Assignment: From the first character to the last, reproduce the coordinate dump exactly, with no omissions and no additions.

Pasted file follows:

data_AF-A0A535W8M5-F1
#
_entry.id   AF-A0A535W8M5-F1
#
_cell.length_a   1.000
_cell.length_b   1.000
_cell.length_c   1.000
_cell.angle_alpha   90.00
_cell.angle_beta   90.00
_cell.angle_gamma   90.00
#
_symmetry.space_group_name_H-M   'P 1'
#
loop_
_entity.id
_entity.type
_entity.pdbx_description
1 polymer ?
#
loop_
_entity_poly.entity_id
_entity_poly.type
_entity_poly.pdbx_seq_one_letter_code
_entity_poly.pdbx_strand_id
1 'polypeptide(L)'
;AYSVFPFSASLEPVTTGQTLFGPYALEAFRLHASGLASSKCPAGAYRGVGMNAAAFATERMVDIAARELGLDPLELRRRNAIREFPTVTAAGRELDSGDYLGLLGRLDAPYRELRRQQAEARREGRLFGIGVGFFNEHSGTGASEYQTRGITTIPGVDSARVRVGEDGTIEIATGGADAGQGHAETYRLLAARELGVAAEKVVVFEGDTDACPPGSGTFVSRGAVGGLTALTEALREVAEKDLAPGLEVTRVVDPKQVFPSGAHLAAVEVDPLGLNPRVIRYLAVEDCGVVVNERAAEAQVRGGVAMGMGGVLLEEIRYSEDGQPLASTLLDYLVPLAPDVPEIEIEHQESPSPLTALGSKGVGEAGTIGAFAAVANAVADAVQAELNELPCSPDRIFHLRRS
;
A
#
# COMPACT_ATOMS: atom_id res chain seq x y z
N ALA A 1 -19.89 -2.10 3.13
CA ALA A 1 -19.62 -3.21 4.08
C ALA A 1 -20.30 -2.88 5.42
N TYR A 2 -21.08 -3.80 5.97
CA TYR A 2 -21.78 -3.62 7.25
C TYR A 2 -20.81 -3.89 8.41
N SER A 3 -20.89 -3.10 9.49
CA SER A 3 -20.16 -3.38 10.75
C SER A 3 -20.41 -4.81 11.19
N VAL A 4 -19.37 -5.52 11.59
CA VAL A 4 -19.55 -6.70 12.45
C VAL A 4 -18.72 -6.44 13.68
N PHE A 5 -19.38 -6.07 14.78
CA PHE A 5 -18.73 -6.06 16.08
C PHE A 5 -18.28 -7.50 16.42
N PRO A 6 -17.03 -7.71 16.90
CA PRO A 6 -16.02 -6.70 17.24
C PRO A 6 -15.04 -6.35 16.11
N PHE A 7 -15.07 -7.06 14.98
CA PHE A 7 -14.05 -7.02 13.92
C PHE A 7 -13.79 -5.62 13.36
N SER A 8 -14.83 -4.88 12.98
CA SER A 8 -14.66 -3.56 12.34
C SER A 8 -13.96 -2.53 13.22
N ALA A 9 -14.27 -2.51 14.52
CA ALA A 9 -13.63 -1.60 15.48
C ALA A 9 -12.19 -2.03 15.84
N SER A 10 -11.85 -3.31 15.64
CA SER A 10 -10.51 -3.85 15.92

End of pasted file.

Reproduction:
data_AF-A0A535W8M5-F1
#
_entry.id   AF-A0A535W8M5-F1
#
_cell.length_a   1.000
_cell.length_b   1.000
_cell.length_c   1.000
_cell.angle_alpha   90.00
_cell.angle_beta   90.00
_cell.angle_gamma   90.00
#
_symmetry.space_group_name_H-M   'P 1'
#
loop_
_entity.id
_entity.type
_entity.pdbx_description
1 polymer ?
#
loop_
_entity_poly.entity_id
_entity_poly.type
_entity_poly.pdbx_seq_one_letter_code
_entity_poly.pdbx_strand_id
1 'polypeptide(L)'
;AYSVFPFSASLEPVTTGQTLFGPYALEAFRLHASGLASSKCPAGAYRGVGMNAAAFATERMVDIAARELGLDPLELRRRNAIREFPTVTAAGRELDSGDYLGLLGRLDAPYRELRRQQAEARREGRLFGIGVGFFNEHSGTGASEYQTRGITTIPGVDSARVRVGEDGTIEIATGGADAGQGHAETYRLLAARELGVAAEKVVVFEGDTDACPPGSGTFVSRGAVGGLTALTEALREVAEKDLAPGLEVTRVVDPKQVFPSGAHLAAVEVDPLGLNPRVIRYLAVEDCGVVVNERAAEAQVRGGVAMGMGGVLLEEIRYSEDGQPLASTLLDYLVPLAPDVPEIEIEHQESPSPLTALGSKGVGEAGTIGAFAAVANAVADAVQAELNELPCSPDRIFHLRRS
;
A
#
# COMPACT_ATOMS: atom_id res chain seq x y z
N ALA A 1 -19.89 -2.10 3.13
CA ALA A 1 -19.62 -3.21 4.08
C ALA A 1 -20.30 -2.88 5.42
N TYR A 2 -21.08 -3.80 5.97
CA TYR A 2 -21.78 -3.62 7.25
C TYR A 2 -20.81 -3.89 8.41
N SER A 3 -20.89 -3.10 9.49
CA SER A 3 -20.16 -3.38 10.75
C SER A 3 -20.41 -4.81 11.19
N VAL A 4 -19.37 -5.52 11.59
CA VAL A 4 -19.55 -6.70 12.45
C VAL A 4 -18.72 -6.44 13.68
N PHE A 5 -19.38 -6.07 14.78
CA PHE A 5 -18.73 -6.06 16.08
C PHE A 5 -18.28 -7.50 16.42
N PRO A 6 -17.03 -7.71 16.90
CA PRO A 6 -16.02 -6.70 17.24
C PRO A 6 -15.04 -6.35 16.11
N PHE A 7 -15.07 -7.06 14.98
CA PHE A 7 -14.05 -7.02 13.92
C PHE A 7 -13.79 -5.62 13.36
N SER A 8 -14.83 -4.88 12.98
CA SER A 8 -14.66 -3.56 12.34
C SER A 8 -13.96 -2.53 13.22
N ALA A 9 -14.27 -2.51 14.52
CA ALA A 9 -13.63 -1.60 15.48
C ALA A 9 -12.19 -2.03 15.84
N SER A 10 -11.85 -3.31 15.64
CA SER A 10 -10.51 -3.85 15.92